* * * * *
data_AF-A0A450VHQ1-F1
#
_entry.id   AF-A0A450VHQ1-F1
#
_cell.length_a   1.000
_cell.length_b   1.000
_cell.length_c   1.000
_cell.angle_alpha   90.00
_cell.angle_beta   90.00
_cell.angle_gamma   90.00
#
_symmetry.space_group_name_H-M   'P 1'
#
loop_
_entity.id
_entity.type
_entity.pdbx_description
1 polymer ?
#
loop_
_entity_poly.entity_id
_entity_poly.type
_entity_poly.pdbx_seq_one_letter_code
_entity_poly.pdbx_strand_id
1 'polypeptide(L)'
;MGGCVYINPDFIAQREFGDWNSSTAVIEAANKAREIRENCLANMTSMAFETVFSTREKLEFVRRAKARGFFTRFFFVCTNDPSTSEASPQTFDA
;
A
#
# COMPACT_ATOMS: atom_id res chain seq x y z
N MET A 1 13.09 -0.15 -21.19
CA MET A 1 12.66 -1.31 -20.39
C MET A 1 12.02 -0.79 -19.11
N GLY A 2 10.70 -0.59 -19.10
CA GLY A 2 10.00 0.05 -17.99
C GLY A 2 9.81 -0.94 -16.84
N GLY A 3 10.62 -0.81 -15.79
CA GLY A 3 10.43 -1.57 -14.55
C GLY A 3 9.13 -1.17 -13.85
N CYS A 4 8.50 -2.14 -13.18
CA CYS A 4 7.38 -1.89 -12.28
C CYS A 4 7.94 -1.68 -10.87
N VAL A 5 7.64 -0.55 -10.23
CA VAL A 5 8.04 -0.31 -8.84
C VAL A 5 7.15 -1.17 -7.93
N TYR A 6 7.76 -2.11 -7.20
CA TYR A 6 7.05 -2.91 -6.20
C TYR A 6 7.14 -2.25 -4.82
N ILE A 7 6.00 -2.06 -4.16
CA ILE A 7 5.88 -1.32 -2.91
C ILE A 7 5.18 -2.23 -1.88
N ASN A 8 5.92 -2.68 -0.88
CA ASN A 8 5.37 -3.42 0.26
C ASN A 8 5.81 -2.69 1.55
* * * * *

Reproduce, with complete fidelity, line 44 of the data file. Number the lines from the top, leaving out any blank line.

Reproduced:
CA VAL A 5 8.04 -0.31 -8.84